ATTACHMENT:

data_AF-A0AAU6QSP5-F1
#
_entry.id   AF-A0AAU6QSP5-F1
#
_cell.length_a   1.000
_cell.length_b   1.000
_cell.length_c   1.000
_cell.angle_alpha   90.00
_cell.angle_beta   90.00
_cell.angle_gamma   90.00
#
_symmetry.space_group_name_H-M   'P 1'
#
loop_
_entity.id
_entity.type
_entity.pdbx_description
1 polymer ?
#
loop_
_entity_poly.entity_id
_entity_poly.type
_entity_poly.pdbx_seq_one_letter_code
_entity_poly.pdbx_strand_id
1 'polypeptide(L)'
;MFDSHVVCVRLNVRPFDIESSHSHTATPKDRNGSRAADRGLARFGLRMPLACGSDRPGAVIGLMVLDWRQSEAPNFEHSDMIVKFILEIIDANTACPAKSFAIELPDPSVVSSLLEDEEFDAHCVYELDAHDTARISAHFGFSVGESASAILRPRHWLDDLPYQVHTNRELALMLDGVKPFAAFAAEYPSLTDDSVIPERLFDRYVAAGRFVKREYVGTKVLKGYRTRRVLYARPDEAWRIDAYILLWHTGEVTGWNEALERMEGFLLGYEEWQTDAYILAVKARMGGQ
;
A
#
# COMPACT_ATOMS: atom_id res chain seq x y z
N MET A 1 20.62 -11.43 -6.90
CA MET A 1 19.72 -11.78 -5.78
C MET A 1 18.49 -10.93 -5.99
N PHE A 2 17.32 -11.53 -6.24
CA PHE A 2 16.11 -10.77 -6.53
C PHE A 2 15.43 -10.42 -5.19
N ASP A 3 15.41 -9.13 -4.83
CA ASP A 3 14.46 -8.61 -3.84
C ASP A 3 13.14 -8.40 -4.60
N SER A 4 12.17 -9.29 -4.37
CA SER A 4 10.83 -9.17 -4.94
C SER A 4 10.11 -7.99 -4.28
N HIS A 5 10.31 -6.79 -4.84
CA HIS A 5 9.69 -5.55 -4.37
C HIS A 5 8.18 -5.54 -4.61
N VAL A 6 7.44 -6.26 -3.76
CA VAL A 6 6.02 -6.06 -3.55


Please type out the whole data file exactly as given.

data_AF-A0AAU6QSP5-F1
#
_entry.id   AF-A0AAU6QSP5-F1
#
_cell.length_a   1.000
_cell.length_b   1.000
_cell.length_c   1.000
_cell.angle_alpha   90.00
_cell.angle_beta   90.00
_cell.angle_gamma   90.00
#
_symmetry.space_group_name_H-M   'P 1'
#
loop_
_entity.id
_entity.type
_entity.pdbx_description
1 polymer ?
#
loop_
_entity_poly.entity_id
_entity_poly.type
_entity_poly.pdbx_seq_one_letter_code
_entity_poly.pdbx_strand_id
1 'polypeptide(L)'
;MFDSHVVCVRLNVRPFDIESSHSHTATPKDRNGSRAADRGLARFGLRMPLACGSDRPGAVIGLMVLDWRQSEAPNFEHSDMIVKFILEIIDANTACPAKSFAIELPDPSVVSSLLEDEEFDAHCVYELDAHDTARISAHFGFSVGESASAILRPRHWLDDLPYQVHTNRELALMLDGVKPFAAFAAEYPSLTDDSVIPERLFDRYVAAGRFVKREYVGTKVLKGYRTRRVLYARPDEAWRIDAYILLWHTGEVTGWNEALERMEGFLLGYEEWQTDAYILAVKARMGGQ
;
A
#
# COMPACT_ATOMS: atom_id res chain seq x y z
N MET A 1 20.62 -11.43 -6.90
CA MET A 1 19.72 -11.78 -5.78
C MET A 1 18.49 -10.93 -5.99
N PHE A 2 17.32 -11.53 -6.24
CA PHE A 2 16.11 -10.77 -6.53
C PHE A 2 15.43 -10.42 -5.19
N ASP A 3 15.41 -9.13 -4.83
CA ASP A 3 14.46 -8.61 -3.84
C ASP A 3 13.14 -8.40 -4.60
N SER A 4 12.17 -9.29 -4.37
CA SER A 4 10.83 -9.17 -4.94
C SER A 4 10.11 -7.99 -4.28
N HIS A 5 10.31 -6.79 -4.84
CA HIS A 5 9.69 -5.55 -4.37
C HIS A 5 8.18 -5.54 -4.61
N VAL A 6 7.44 -6.26 -3.76
CA VAL A 6 6.02 -6.06 -3.55